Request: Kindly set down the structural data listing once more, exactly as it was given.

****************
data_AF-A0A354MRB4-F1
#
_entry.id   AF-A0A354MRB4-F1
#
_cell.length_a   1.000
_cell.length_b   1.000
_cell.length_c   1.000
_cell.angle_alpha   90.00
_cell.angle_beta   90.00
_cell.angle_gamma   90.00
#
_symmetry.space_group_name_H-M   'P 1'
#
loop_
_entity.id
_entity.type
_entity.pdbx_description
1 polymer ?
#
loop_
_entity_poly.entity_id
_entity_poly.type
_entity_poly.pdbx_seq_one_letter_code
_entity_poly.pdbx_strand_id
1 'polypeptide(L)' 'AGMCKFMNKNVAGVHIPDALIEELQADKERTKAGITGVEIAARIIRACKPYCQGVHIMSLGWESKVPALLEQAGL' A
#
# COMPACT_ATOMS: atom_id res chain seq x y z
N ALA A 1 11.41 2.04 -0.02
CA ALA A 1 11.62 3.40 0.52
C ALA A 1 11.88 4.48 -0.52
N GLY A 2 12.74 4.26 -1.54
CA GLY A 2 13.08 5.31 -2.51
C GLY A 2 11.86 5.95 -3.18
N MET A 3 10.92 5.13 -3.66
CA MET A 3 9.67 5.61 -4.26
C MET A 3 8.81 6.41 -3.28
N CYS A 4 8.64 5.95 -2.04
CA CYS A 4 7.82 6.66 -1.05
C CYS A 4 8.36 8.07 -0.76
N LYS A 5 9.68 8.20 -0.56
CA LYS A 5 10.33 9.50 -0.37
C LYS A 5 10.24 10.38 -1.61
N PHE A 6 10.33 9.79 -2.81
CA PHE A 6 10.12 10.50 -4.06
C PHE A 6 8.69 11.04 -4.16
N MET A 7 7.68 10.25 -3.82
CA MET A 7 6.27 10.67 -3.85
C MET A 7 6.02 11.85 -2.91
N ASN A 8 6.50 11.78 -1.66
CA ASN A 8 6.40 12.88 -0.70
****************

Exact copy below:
data_AF-A0A354MRB4-F1
#
_entry.id   AF-A0A354MRB4-F1
#
_cell.length_a   1.000
_cell.length_b   1.000
_cell.length_c   1.000
_cell.angle_alpha   90.00
_cell.angle_beta   90.00
_cell.angle_gamma   90.00
#
_symmetry.space_group_name_H-M   'P 1'
#
loop_
_entity.id
_entity.type
_entity.pdbx_description
1 polymer ?
#
loop_
_entity_poly.entity_id
_entity_poly.type
_entity_poly.pdbx_seq_one_letter_code
_entity_poly.pdbx_strand_id
1 'polypeptide(L)' 'AGMCKFMNKNVAGVHIPDALIEELQADKERTKAGITGVEIAARIIRACKPYCQGVHIMSLGWESKVPALLEQAGL' A
#
# COMPACT_ATOMS: atom_id res chain seq x y z
N ALA A 1 11.41 2.04 -0.02
CA ALA A 1 11.62 3.40 0.52
C ALA A 1 11.88 4.48 -0.52
N GLY A 2 12.74 4.26 -1.54
CA GLY A 2 13.08 5.31 -2.51
C GLY A 2 11.86 5.95 -3.18
N MET A 3 10.92 5.13 -3.66
CA MET A 3 9.67 5.61 -4.26
C MET A 3 8.81 6.41 -3.28
N CYS A 4 8.64 5.95 -2.04
CA CYS A 4 7.82 6.66 -1.05
C CYS A 4 8.36 8.07 -0.76
N LYS A 5 9.68 8.20 -0.56
CA LYS A 5 10.33 9.50 -0.37
C LYS A 5 10.24 10.38 -1.61
N PHE A 6 10.33 9.79 -2.81
CA PHE A 6 10.12 10.50 -4.06
C PHE A 6 8.69 11.04 -4.16
N MET A 7 7.68 10.25 -3.82
CA MET A 7 6.27 10.67 -3.85
C MET A 7 6.02 11.85 -2.91
N ASN A 8 6.50 11.78 -1.66
CA ASN A 8 6.40 12.88 -0.70